I know I’ve been away from my blog for a little while, but nothing brings me back all fired-up like a good attack on one of my favourite hobbies. Over on the Telegram, Peter Jackson (no, not that Jackson) bashes video gaming and gaming for charity events. I’m actually appalled by the nonsense he’s preaching to those unfamiliar to gaming, comparing a fun hobby to a gambling addiction.
Firstly, don’t bash Sandbox Gaming for raising money for an organization like Easter Seals. And calling the people who support gaming “fanatics” is just another step in the wrong direction.
Secondly, let’s move on to this point: “Video games are addictive, at least in the general sense.” His whole argument is based around video gaming becoming an addiction. Okay, sure. It can become an addiction. So can reading or binge watching television shows or organizing your apartment. Go watch Glee. There’s an interesting character on that show who can’t sit at a table without cleaning it. My point is anything can become an addiction, so why target gaming? Should we rise up against cleaning products, books, or movies because there’s a chance we may become addicted to them? Sigh. No.
Jackson gives us the example of Angry Birds as an addictive game and I had to hold back my laughter. If that’s the best example he can muster, I’m afraid he doesn’t know much about addicting video games. Online role-playing games are by far the most addictive games out there–not a mobile game that most people tire of after beating twenty levels. I would say Candy Crush is more addictive than Angry Birds, though most people who play Candy Crush so religiously are addicted to Facebook. Yet, like I said in the previous paragraph, anything can become addicting if you let it.
“I’ve seen young people waste hours of their lives on video games.” Fantastic. I’ve seen young people waste hours of their life texting on their phones while at the bus stop, or window shopping at the mall, or standing in line at the local Tim’s to get burnt coffee. Looking at things you can’t have and waiting for disappointing, burnt coffee sure seems like a waste of time, though I’m sure those people will tell you differently. And maybe some won’t, but everyone has a different experience, now don’t they?
“And unless you’re going into some sort of technical field — like video game development — video games serve very little purpose in terms of career development.” Did Jackson ever stop to consider that perhaps people play video games to have fun? I like eating cake. I’m not going to become a professional cake-taster someday. I mean, as awesome as that would be, I don’t see that in my future. And life isn’t all about which career you get. It’s about having fun and living the journey you want to live. If gaming is part of that journey, whether you plan on being a game designer or a chef, then game away.
Jackson goes on to comment about the game Grand Theft Auto and how it promotes bad behaviour in real life. Let’s be honest: If your kid is acting out anything from GTA, you have larger issues to deal with. You should really rethink your parenting approach and the mental state of your child. I grew up with games like these and never once thought, “Hey, I think I’ll go out and steal a car!” It just doesn’t happen unless you weren’t properly educated on what’s right and what’s wrong. Violence presents itself in violent people. Plus: Don’t buy your kids games rated for a mature audience.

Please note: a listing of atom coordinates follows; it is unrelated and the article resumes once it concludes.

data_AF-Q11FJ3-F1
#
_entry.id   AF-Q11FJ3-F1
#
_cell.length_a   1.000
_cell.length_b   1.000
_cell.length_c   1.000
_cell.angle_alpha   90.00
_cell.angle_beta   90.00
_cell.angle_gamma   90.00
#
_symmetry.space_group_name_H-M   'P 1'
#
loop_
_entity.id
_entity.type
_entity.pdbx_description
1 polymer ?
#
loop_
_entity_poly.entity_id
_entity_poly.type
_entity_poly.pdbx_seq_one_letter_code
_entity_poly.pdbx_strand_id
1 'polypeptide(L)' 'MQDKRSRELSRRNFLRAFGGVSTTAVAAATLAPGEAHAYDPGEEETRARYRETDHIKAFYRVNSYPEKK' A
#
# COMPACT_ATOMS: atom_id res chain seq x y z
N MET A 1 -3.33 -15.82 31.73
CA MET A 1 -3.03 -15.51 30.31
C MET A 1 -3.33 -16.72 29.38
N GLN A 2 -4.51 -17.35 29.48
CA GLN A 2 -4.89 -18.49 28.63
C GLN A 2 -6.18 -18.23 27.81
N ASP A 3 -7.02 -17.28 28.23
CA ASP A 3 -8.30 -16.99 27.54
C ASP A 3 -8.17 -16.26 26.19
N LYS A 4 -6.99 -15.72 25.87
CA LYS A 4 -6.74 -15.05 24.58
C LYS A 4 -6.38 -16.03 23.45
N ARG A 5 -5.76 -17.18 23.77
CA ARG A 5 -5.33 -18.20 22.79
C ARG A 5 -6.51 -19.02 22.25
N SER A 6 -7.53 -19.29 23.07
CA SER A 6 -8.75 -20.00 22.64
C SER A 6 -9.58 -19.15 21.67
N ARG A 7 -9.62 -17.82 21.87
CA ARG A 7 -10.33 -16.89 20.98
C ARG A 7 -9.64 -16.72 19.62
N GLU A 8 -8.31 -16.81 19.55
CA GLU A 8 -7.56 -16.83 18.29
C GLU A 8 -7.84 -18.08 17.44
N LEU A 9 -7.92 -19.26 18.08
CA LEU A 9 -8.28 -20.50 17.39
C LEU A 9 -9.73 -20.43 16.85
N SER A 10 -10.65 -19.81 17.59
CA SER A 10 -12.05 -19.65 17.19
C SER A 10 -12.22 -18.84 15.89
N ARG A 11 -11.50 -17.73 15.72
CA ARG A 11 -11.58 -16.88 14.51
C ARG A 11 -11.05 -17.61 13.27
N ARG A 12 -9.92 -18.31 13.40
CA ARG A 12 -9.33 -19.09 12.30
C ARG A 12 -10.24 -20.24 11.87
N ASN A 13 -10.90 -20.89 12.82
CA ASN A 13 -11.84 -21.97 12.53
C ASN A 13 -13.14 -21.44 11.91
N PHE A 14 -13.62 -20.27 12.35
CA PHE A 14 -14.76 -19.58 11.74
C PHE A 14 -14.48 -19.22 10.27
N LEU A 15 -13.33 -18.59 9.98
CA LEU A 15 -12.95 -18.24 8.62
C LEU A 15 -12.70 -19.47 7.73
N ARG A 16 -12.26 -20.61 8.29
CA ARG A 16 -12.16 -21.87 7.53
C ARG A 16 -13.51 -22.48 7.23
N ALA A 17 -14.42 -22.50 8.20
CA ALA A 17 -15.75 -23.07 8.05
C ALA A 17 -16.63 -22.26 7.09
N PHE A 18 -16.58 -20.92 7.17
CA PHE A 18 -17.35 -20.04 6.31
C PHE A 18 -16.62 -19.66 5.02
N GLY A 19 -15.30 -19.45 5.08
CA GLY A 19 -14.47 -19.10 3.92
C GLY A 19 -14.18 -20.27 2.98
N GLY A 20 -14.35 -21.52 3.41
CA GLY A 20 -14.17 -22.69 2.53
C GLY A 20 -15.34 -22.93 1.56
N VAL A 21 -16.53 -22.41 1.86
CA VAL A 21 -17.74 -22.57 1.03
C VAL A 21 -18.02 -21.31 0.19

“But what message does a video game marathon send, other than that it’s OK to let life and the responsibilities that go with it fleet by unnoticed as you immerse yourself in a virtual world of pointless distraction?” So Sandbox Gaming didn’t give this message. They didn’t sit the participants down and have them stay there for days on end. Rotation was put into effect so everyone could have a turn (and breaks are healthy). Jackson is assuming the charity event was some kind of brainwashing technique to cause children and adults to trade life for virtual distraction. Sorry, pointless distraction.
So how pointless are video games, really? Just compare them to television shows or social media platforms. Children watch hours of television and waste time browsing websites like Facebook. I’m speaking from experience when I say that video games really helped me as a child. Everything was text-based when I was a kid, so I had to read the entire story of a game. I developed better reading skills because of this–much more than I could have learned from a television show. It was super fun to read along with an animated story, rather than listen to a cartoon. I mean, I loved cartoons, but games were more interactive and thus more educational.
Video games can also boost confidence, allowing you to become the hero of an epic story. And let’s not forget how multiplayer games can help kids learn how to work together. If you’re a good parent, you won’t allow your child to spend “endless hours” on a PC playing games. Allowing a child to spend endless hours doing anything isn’t healthy. Children still have responsibilities and they should have multiple hobbies to engage themselves with.
I’ll end this post to say that I support Sandbox Gaming and what they’re doing to raise money and awareness for kids with disabilities, and anyone who speaks out against young people for enjoying a fun pastime to support such a charity should be ashamed. Hours of memories with friends, laughing around the latest Nintendo console, will always be the proof I need to tell people opposed to video gaming they’re wrong about games being harmful to youths.